Flower appointed new England coach
Andy Flower was on Wednesday named as the new England coach by the
England and Wales Cricket Board.
The 40-year-old former Zimbabwe and Essex batsman was unveiled as the
man to lead England's bid to win The Ashes at a press conference at
He was the overwhelming favourite to be given the job after stepping
in as caretaker when Peter Moores was sacked in January. Flower, who
acted as Moores's assistant in 2007, takes over the top job in English
cricket after overseeing the recent tour of the West Indies.
Crucially he had the support of players like England skipper Andrew
Strauss and all-rounder Andrew Flintoff, who were impressed by his
man-management in the Caribbean.
Under his management England were defeated in the Test series before
securing a 3-2 victory in the one-day series.
His first fixture on a hectic summer schedule comes on May 6 and the
start of the West Indies return tour, followed by the Twenty20 World Cup
and The Ashes against Australia.
Speaking at Lord's, Flower conceded he had been reluctant to put his
name forward before changing his mind in the Caribbean.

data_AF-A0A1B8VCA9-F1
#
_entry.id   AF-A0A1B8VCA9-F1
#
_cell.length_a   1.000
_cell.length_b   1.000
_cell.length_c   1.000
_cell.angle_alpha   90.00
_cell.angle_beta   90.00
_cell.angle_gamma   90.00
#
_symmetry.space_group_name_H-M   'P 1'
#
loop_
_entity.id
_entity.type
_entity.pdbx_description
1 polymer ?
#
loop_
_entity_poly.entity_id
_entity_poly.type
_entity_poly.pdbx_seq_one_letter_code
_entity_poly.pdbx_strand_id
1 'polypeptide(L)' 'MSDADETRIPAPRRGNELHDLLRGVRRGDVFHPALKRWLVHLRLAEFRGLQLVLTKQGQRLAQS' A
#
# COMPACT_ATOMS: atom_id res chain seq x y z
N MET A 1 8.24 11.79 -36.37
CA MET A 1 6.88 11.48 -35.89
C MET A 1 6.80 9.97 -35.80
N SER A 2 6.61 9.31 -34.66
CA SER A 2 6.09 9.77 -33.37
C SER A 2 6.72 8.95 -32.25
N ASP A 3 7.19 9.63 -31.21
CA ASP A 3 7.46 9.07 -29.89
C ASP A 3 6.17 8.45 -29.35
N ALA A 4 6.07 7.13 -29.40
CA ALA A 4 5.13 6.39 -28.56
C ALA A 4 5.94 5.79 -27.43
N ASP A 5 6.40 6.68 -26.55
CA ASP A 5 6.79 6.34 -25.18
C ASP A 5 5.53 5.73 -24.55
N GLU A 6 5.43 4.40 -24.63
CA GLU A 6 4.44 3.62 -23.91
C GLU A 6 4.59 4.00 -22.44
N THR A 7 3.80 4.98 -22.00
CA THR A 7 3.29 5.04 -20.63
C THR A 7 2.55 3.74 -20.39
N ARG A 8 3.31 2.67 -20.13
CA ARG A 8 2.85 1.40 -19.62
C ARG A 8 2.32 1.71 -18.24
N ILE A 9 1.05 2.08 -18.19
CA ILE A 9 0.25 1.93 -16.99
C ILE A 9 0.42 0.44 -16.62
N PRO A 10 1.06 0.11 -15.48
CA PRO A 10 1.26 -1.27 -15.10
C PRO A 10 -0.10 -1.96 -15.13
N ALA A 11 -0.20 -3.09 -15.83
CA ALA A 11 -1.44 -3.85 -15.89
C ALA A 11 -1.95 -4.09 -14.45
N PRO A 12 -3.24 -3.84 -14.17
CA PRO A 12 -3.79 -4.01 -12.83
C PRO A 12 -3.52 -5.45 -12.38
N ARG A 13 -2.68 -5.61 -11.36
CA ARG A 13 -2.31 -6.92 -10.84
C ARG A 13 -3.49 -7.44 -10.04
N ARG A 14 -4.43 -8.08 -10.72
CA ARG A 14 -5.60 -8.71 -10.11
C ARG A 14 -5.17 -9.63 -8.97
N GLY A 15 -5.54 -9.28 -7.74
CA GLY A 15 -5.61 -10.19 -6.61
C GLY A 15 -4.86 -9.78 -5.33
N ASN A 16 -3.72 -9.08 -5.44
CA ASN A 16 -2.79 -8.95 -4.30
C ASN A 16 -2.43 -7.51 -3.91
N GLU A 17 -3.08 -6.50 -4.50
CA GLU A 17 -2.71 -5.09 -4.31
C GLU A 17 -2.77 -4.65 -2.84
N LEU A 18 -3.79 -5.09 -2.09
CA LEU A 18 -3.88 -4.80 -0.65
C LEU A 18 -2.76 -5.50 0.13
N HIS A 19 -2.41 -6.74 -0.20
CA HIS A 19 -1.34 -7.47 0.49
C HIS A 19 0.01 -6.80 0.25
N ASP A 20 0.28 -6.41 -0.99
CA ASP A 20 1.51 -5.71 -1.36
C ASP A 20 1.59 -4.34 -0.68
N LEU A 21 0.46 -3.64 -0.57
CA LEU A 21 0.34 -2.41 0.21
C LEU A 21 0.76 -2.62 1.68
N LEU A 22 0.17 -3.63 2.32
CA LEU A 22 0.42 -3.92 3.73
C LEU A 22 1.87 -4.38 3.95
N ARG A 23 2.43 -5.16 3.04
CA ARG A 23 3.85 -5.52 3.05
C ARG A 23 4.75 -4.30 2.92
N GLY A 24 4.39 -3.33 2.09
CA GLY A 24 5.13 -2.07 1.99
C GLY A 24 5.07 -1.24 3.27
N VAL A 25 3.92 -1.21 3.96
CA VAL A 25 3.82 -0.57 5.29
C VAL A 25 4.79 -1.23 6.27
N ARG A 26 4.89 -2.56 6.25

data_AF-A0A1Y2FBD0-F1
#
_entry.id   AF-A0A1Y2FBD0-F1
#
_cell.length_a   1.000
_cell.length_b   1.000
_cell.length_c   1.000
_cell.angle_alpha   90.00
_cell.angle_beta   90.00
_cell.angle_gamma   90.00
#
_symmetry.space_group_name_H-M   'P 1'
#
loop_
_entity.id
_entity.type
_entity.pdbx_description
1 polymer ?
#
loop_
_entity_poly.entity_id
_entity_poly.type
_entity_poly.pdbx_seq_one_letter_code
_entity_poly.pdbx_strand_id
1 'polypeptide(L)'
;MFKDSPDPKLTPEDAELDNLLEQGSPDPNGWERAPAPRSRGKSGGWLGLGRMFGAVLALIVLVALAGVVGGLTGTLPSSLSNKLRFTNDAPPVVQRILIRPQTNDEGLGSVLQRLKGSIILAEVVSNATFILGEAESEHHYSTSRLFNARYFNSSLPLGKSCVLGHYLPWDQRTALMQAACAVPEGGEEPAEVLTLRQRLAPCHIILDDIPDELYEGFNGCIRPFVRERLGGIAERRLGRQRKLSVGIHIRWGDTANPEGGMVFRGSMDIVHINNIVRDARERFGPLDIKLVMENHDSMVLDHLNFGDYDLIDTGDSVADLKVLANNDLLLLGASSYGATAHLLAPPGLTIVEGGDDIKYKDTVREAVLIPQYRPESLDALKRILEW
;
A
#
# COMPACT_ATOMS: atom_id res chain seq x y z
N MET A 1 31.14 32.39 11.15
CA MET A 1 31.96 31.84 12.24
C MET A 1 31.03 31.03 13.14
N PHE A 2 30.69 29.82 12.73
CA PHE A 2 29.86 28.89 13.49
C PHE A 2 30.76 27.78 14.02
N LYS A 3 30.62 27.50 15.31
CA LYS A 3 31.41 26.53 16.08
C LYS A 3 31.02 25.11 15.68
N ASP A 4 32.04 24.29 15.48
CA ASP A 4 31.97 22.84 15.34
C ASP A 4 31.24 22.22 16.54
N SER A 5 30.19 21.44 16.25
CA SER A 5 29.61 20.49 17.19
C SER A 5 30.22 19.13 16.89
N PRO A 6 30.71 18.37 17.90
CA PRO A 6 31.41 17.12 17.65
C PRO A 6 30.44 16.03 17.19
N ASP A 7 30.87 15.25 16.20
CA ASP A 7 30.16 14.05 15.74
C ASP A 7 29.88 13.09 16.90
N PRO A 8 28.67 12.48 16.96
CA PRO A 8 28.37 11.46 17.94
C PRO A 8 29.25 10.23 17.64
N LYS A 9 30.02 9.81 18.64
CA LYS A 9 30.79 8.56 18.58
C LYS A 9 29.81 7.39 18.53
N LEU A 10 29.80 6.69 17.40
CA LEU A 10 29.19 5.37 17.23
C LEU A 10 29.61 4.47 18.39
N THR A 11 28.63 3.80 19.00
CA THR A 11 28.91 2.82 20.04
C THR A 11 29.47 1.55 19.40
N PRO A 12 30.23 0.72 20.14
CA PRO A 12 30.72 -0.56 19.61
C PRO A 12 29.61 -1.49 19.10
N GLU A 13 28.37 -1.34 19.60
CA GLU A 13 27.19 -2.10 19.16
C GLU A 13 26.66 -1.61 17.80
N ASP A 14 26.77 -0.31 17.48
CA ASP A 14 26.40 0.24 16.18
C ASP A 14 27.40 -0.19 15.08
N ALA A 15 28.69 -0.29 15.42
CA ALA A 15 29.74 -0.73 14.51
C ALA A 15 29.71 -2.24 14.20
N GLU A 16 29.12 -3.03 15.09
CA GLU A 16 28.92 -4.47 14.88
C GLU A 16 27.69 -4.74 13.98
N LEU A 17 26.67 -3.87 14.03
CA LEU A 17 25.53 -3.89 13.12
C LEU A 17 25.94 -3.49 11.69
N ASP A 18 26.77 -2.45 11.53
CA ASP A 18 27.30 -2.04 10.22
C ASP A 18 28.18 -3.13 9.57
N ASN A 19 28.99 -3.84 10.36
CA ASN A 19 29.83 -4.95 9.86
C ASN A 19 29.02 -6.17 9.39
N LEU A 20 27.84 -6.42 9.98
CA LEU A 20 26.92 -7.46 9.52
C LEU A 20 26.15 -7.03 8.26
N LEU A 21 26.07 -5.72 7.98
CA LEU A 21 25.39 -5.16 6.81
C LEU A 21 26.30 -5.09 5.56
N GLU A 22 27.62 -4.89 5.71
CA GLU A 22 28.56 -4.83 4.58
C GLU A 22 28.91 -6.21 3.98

"When I went on that West Indian tour I didn't know whether I wanted
to apply for this job or not," he told the press conference.
"Halfway through I had made up my mind that I did.
"I'm very honoured to be given the position. I believe the last three
months will stand me in good stead.
"I was interim coach for that tour, now that I'm in charge, so to
speak, things change, definitely."
Flower admitted there were difficult decisions ahead and asked about
a possible return to the Test arena for former England captain Michael
Vaughan, Flower said: "That is one of the topics that will be
discussed." Flower also backed former captain Kevin Pietersen, whose
fall-out with Moores ended with Pietersen losing the captaincy and
Moores leaving his post.
Flower added on Pietersen: "He's very important to English cricket.
He's a very fine player. Kevin and I have always got on pretty well and
that hasn't changed."
Hugh Morris, managing director of the England and Wales Cricket
Board, revealed there had been 30 applicants for the role.
Morris said: "We had a great deal of interest. We were very happy
with the level of candidates and the standard of candidates who applied
for the job. LONDON, Thursday, AFP